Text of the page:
Nirvana is a cultural commodity that so many have staked a claim in. Aging Gen X hipsters recall buying the Sub Pop records and catching Nirvana shows at local dive bars. Twentysomethings remember vividly how the “Smells Like Teen Spirit” vid opened their eyes, made them chuck their Bell Biv Devoe and Warrant tapes out the window. And legions of today’s outsider teens admire Kurt Cobain’s inadvertent anti-hero heroics.
So it’s funny now how, 10 years after Cobain’s suicide, the trio from the logging town of Aberdeen, Wash., seems to have existed entirely in a vacuum. When you take into account sheer influence and importance, Nirvana might as well be the only band that ever played in the ’90s. Try reading a month’s worth of rock magazines without spotting the phrase “the next Nirvana.”
So the idea of a career-spanning box set for such a lauded group is both exciting and (un)forgiving. Die-hards will complain that many tracks have been available on boots for nearly a decade (the five-volume Outcesticide series contains 12 of the box’s 68 previously unreleased tracks) and that Cobain’s highly touted 1985 “Fecal Matter” demos are omitted (the word on the demos, though, is that they’re not that good).
Then there are the nuggets, such as never-heard-befores “Verse Chorus Verse” and “Old Age” (a version of the latter was featured on Hole’s 1997 detritus album My Body, the Hand Grenade, with Courtney Love listed as writer). Cobain’s 1994 solo acoustic demo of “Do Re Mi” is quite possibly the saddest moment on the four discs. The somewhat embryonic track makes the listener yearn for what a full version would sound like with the oomph and throb of Dave Grohl’s drums and Krist Novoselic’s bass. And the vocal hook, an ascending melodic repetition of the track’s title, is the shit; you just know the song would’ve been huge.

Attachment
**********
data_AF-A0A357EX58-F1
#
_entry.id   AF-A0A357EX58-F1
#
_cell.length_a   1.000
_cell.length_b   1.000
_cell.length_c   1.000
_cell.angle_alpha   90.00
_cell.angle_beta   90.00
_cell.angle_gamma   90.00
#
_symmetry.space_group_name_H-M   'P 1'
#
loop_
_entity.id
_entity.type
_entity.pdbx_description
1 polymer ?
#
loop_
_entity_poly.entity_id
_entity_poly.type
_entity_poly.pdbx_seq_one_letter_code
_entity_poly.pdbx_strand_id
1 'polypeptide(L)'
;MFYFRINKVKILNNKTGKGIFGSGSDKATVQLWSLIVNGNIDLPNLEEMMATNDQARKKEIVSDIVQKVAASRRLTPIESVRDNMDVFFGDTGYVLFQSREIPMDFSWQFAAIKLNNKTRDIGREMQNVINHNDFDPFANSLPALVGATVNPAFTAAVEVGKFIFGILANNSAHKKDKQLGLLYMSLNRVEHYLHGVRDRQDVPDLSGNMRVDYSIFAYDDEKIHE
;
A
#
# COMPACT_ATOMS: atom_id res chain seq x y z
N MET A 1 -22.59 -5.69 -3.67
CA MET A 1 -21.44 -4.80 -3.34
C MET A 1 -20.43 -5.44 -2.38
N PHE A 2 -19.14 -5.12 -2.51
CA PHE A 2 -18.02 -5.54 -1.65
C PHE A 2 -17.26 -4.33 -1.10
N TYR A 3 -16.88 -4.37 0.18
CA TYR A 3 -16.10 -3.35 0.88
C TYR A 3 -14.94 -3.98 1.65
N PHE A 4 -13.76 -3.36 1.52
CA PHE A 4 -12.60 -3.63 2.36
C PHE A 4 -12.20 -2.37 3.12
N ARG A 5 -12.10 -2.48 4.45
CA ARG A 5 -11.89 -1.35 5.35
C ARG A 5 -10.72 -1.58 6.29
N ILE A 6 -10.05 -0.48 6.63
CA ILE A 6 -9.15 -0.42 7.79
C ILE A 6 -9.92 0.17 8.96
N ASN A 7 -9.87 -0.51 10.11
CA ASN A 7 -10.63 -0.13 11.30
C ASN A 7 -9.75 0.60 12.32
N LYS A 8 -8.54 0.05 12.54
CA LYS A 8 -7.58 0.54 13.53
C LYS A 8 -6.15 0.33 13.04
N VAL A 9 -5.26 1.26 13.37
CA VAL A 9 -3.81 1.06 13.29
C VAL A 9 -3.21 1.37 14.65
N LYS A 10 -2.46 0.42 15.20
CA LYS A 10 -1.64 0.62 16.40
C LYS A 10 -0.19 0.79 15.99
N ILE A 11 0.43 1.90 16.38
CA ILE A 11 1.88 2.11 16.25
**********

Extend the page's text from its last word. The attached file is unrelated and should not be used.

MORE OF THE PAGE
But the real juice lies in the hour-long DVD. Footage from a 1988 rehearsal at Novoselic’s mother’s house gives the viewer a voyeuristic peek at the band — everything from original drummer Chad Channing’s cartoonish drum kit to Cobain singing straight at a wall. A first-ever live performance of the watershed “Smells Like Teen Spirit” from April 1991 is bombastic and unsurprisingly well-received. The disc ends with a studio performance of the band covering “Seasons in the Sun” that shows Cobain goofing off and in what appears to be in good spirits. It’s a somewhat happy ending.
In the end, none of us really owns Nirvana. They’ve become a band where any shred of original intent is long lost in a sea of legal battles, tapestries and karaoke versions. They’re caricatures or icons depending on how you view it. In a chilling scene on the DVD, Cobain covers himself with a blanket depicting Jesus as he’s held above a crowd with arms outstretched in a crucifixion pose. If Cobain is your messiah, consider this your gospel.
Ben Blackwell writes about music for Metro Times . Send comments to email@example.com.
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